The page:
Crimson & Co is pleased to announce Managing Director Richard Powell’s comments on flexible working hours in the Sunday Telegraph.
If you find it difficult scheduling meetings with clients, spare a thought for Richard Powell. Seven of the 35 employees at his management consultancy firm Crimson & Co are on flexible contracts, including one who works the equivalent of one day a week spread over five days. The rest work remotely.
‘It is difficult enough to arrange a meeting when everyone works in the same office five days a week,’ says Richard. ‘If you have employees on flexible working and the client on flexible working too, it can be a nightmare to organise.’
Richard says the challenge of setting up meetings is far outweighed by the advantages of flexible working, not least the fact that he can attract – and afford – high quality workers who don’t want to be tied to a traditional five–day working week. ‘We get all their experience and capability in a way that suits us, and they get to do a job that fits in with their life. It is a total win-win.’
Leaders of small to medium enterprises in love with the rigid structure of the 9-to-5 working day might wish to look away now. From June 30, after six months in a job any employee will have the right to request flexible working, a right currently restricted to parents of young children or carers.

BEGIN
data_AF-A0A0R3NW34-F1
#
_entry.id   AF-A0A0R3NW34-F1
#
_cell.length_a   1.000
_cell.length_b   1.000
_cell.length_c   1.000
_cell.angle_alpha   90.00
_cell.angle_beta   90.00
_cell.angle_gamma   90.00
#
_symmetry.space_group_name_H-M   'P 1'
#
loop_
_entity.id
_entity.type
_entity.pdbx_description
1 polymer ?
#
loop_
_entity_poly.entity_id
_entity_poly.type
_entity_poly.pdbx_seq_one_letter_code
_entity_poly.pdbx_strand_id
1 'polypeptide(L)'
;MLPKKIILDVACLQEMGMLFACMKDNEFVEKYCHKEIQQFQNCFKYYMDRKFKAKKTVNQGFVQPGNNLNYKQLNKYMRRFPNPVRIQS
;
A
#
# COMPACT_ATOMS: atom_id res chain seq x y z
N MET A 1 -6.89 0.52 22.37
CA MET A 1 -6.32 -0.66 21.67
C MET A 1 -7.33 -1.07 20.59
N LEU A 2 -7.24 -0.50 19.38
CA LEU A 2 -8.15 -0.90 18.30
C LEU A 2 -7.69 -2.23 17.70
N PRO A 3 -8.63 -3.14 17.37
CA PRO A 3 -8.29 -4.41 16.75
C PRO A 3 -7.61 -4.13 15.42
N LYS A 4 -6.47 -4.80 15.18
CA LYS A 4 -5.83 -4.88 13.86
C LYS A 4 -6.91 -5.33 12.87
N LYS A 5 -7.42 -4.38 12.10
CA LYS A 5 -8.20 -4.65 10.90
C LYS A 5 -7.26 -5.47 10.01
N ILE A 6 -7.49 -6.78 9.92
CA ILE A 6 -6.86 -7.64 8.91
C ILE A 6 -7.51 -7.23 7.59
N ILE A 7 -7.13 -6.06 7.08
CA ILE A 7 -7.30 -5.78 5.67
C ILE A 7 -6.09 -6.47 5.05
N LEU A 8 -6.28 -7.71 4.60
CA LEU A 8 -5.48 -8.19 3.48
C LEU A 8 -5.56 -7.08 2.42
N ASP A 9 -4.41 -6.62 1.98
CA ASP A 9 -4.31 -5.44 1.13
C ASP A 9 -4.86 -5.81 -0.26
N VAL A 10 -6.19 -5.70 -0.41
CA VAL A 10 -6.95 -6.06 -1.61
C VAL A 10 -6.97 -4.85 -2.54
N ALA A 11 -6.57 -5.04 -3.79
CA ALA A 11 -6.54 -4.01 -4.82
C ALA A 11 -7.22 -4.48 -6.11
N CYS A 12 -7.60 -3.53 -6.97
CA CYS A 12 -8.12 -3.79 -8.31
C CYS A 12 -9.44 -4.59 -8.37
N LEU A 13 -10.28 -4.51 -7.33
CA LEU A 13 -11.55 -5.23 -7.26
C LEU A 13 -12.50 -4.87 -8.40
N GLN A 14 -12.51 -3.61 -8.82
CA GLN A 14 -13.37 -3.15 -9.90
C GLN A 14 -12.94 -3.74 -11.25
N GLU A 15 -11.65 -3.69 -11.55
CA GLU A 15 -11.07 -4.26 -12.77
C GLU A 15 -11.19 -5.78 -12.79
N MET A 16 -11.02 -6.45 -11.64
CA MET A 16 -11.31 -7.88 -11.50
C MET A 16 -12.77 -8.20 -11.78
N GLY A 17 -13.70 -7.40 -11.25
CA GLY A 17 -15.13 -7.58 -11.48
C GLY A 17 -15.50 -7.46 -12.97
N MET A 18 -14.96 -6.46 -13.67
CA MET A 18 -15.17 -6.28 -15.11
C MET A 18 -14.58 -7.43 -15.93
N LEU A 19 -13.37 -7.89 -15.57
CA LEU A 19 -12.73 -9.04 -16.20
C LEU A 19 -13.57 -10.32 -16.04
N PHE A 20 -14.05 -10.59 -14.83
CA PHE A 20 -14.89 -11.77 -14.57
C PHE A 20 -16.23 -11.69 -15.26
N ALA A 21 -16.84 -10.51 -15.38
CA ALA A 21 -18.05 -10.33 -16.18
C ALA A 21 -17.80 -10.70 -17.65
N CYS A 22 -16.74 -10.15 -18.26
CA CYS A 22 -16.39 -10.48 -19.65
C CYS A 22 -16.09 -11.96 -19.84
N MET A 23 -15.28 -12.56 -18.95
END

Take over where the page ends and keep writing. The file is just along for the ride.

For many employers, however, flexible working may conjure up nightmare visions of employees wandering in and out as they please, disrupting their business. The initial instinct when faced with a request may be to see which of the permitted reasons they can use to say ‘no’.
But that would be a mistake. Certainly, flexible working requires some thought to overcome the challenges of maintaining communication, but it also represents an amazing opportunity to rethink the whole way your business is run.